In order to make that happen, though, we had to streamline those systems. We spent a lot of time creating unique and in-depth powers for each character. As a result, each character has their core powers, but each power has multiple levels you can upgrade. This changes each power visually and adds new functionality, in addition to just adding damage. We also revamped the equipment system to become the team boost system, bringing team upgrades to the forefront of the game. These can also be adjusted on the fly during gameplay.
We also wanted upgrades to reflect narrative choice. As I noted above, the "Civil War" choices impact the types of upgrades you get. Attitude choice within your conversations also impacts upgrading. Players can choose between aggressive, defensive, and diplomatic attitudes, which earn them upgrades in those categories.
Among the highlights of "MUA" were the unlockables. What can we expect from "MUA 2" in this area?
"Marvel: Ultimate Alliance 2" has a huge number of collectibles and unlockables, covering a variety of areas. Players can find hidden hero artifacts that summon locked heroes. Players also can unlock each cutscene for replay. Numerous audio logs provide critical pieces of the backstory, while hundreds of dossiers provide information on every conceivable topic, ranging from organizations to locations to characters. And given the effort we put into conceptualizing the characters, the vehicles, and the world, we simply had to put unlockable concept art in the game as well.
How have the environments in "MUA 2" evolved from the first game in terms of interactivity and destructibility?
The most noticeable evolution for these new environments is that they feel less like a dungeon and more organic. As you've noted, though, we also evolved the interactivity and destructibility of these environments. We really wanted to capture the feeling of using super powers, and showing how environments react to super powers is one of the best ways of doing that. Because of this, we integrated Havoc Physics into the engine. Enemies ragdoll, while objects, debris, and even lights all behave more naturally now. We can also create complex destructibles that spawn interactive objects. For example, players can destroy a palette of rockets, causing rockets those rockets to roll onto the ground. They can then pick up one of the rockets and launch it at enemies! Havoc Physics has given us a whole new set of toys to play with.
Fusion is the big mechanic that is being introduced for "MUA 2." How does this work, and how many different combinations are in the game?
Fusion is the ability for heroes to team up and combine their powers into an unstoppable force. In order to trigger one of these moves, players must have earned fusion by excelling in combat. Triggering it is as simple as holding down the left trigger (Xbox 360) and selecting which hero to fuse with. (In cooperative play, other players instead must choose to fuse with the first player.) Once that happens, players can then maximize their fusion using additional controls, such as creating a larger radius of damage, steering, or targeting. For example, targeted fusions (such as the Fastball Special) are perfect for defeating pesky mini-bosses.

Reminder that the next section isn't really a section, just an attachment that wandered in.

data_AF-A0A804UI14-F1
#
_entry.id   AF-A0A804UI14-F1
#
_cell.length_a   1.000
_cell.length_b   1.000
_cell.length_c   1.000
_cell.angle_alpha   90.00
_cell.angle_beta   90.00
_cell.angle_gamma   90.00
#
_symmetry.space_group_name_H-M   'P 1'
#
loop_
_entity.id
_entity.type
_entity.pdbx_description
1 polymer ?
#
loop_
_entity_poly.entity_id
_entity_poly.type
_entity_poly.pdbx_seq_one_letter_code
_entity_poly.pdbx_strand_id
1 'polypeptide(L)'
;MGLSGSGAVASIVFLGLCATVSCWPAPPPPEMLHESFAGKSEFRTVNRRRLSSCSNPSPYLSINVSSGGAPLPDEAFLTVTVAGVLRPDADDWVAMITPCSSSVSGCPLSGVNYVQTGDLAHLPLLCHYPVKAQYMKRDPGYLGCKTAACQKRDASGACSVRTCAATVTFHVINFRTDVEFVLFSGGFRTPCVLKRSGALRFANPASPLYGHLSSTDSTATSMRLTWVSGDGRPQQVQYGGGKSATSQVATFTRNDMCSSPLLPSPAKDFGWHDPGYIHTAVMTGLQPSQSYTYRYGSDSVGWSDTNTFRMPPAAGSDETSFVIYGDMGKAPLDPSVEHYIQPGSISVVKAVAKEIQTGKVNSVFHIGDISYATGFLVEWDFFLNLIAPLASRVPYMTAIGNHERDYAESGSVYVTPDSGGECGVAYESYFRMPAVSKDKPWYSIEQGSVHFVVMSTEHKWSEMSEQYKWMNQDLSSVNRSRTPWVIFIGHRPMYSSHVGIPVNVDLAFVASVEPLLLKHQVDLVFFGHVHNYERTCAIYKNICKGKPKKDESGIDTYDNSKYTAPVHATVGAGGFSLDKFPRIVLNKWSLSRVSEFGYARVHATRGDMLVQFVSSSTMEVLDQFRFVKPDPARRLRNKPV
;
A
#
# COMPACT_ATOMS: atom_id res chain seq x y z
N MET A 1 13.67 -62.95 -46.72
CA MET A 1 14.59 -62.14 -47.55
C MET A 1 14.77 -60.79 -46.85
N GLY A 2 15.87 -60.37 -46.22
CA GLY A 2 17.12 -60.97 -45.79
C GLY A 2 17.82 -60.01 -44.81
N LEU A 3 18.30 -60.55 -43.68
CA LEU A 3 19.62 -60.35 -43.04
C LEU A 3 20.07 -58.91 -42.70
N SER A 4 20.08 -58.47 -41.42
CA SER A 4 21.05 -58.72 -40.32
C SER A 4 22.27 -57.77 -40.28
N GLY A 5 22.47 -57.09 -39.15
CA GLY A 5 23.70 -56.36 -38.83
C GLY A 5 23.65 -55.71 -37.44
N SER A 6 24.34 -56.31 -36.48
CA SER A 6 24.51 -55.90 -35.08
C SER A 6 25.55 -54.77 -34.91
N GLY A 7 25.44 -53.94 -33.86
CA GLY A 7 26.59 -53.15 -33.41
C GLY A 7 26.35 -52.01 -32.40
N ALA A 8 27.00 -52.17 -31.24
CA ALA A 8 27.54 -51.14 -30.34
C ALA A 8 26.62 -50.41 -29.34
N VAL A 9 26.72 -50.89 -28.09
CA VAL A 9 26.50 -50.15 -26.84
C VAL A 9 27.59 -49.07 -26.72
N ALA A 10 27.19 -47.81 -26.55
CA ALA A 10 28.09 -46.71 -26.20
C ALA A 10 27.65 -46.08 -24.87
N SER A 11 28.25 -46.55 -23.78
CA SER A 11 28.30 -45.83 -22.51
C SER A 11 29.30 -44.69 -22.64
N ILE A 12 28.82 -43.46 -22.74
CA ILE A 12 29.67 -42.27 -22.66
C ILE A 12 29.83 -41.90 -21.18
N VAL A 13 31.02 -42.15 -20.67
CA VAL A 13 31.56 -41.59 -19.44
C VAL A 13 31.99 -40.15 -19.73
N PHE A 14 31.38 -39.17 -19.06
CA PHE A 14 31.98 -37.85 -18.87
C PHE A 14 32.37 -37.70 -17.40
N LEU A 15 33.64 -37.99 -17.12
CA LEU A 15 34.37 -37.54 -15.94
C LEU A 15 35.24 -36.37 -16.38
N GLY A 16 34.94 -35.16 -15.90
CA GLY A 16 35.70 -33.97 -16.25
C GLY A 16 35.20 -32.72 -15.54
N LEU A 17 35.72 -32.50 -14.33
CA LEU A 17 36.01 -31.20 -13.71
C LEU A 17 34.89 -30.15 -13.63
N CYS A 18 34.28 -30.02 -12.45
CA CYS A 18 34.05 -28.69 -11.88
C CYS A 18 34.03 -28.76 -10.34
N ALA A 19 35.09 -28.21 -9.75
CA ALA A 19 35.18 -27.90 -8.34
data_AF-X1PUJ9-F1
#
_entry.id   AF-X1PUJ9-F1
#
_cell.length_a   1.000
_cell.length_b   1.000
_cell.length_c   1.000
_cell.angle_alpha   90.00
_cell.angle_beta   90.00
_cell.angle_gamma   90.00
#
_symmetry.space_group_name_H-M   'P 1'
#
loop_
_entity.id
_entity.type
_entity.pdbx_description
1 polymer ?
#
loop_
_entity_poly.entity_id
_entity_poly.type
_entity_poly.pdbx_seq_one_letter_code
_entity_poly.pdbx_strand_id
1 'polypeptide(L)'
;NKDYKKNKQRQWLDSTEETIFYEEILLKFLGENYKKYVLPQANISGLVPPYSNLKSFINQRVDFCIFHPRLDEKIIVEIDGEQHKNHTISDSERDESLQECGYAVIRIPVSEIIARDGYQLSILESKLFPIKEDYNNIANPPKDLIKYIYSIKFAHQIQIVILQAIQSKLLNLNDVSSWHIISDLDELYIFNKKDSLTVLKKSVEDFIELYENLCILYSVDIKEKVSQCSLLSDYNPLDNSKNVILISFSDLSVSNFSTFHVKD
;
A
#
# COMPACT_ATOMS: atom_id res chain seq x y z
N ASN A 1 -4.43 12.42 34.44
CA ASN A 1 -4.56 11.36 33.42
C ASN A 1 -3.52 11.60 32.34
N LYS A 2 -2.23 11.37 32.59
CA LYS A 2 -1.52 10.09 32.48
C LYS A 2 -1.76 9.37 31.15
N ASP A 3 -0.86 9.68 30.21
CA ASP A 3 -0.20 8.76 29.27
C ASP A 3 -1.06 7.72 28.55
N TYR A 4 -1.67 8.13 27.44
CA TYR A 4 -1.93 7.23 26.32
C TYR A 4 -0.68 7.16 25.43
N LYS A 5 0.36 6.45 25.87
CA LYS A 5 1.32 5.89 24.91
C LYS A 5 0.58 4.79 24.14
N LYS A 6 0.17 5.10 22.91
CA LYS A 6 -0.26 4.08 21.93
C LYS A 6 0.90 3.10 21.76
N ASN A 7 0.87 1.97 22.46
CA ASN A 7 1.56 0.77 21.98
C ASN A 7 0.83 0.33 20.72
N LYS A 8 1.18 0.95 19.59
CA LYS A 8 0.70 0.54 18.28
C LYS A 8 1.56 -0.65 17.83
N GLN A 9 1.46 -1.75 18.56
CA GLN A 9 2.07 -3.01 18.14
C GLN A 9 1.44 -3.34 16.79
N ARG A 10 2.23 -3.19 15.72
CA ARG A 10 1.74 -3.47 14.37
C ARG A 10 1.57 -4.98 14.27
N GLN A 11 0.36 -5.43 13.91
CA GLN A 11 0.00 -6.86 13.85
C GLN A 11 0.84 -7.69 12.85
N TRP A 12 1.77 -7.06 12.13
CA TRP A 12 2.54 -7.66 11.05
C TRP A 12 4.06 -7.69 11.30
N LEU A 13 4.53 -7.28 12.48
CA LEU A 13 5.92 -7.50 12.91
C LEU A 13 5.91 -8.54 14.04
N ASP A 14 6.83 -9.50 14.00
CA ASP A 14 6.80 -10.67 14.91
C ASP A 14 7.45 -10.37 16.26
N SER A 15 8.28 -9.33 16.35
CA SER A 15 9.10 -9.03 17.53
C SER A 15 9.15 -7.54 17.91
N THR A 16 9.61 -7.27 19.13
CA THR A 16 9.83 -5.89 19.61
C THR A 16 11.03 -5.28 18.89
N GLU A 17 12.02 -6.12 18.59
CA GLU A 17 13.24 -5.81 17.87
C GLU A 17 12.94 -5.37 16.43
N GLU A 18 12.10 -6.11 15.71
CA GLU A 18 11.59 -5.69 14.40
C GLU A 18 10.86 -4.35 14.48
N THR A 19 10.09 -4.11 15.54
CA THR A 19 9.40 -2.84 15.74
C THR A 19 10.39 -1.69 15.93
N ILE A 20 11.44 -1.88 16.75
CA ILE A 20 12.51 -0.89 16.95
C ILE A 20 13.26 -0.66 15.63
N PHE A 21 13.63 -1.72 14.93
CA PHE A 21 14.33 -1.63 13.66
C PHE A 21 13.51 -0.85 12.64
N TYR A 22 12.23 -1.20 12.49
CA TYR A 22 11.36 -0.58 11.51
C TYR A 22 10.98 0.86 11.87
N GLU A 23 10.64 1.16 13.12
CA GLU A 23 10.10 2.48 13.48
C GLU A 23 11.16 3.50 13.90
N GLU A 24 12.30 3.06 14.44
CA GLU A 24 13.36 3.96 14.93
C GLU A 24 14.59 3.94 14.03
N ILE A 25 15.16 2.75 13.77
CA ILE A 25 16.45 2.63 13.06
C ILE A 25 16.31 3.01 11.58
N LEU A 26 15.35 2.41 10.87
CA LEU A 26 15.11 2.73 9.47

Each hero can fuse with every other hero in the game. That leads to a staggering number of fusion combinations. The game will ship with 24 heroes on disc. Between those heroes, that's over 250 combinations. Once we factor in downloadable content, the number of fusions could easily top 400 combinations. Each fusion will have subtle characteristics representative of each character's powers, i.e. Thor will create a massive whirling lightning Tornado, while Deadpool will throw in his signature explosive grenades into the mix.
Since this is a multiplatform release, how does the game differ between the different platforms?
The Xbox 360 and PS3 versions are nearly identical. The other versions will also be inspired by the same storyline but integrate their own unique functionality in the case of the Wii and DS. There will also be some very special exclusives for these platforms that I can't share with you just yet.
Do you plan on releasing downloadable content for the game, perhaps new characters, levels, etc?
We will release downloadable content. In fact, the team is working on it right now. There will be even more characters and content. I can't divulge any more details at the moment, though. Sorry.
We know the game features online and offline co-op play. Is there any content for the game that is co-op specific (story elements, levels, modes, etc.)?
Early on, we decided that all content should be playable either as a single player or cooperatively. (We even went so far as to upgrade the trivia game to support cooperative play!) That said we may introduce co-op specific content as downloadable content.
We'd like to thank Dan Tanguay for talking with CBR News about "Marvel: Ultimate Alliance 2." The game is scheduled for a September 15 release on the DS, PS2, PS3, PSP, Wii and Xbox 360. For more information on the game, head over to www.marvelultimatealliance.marvel.com.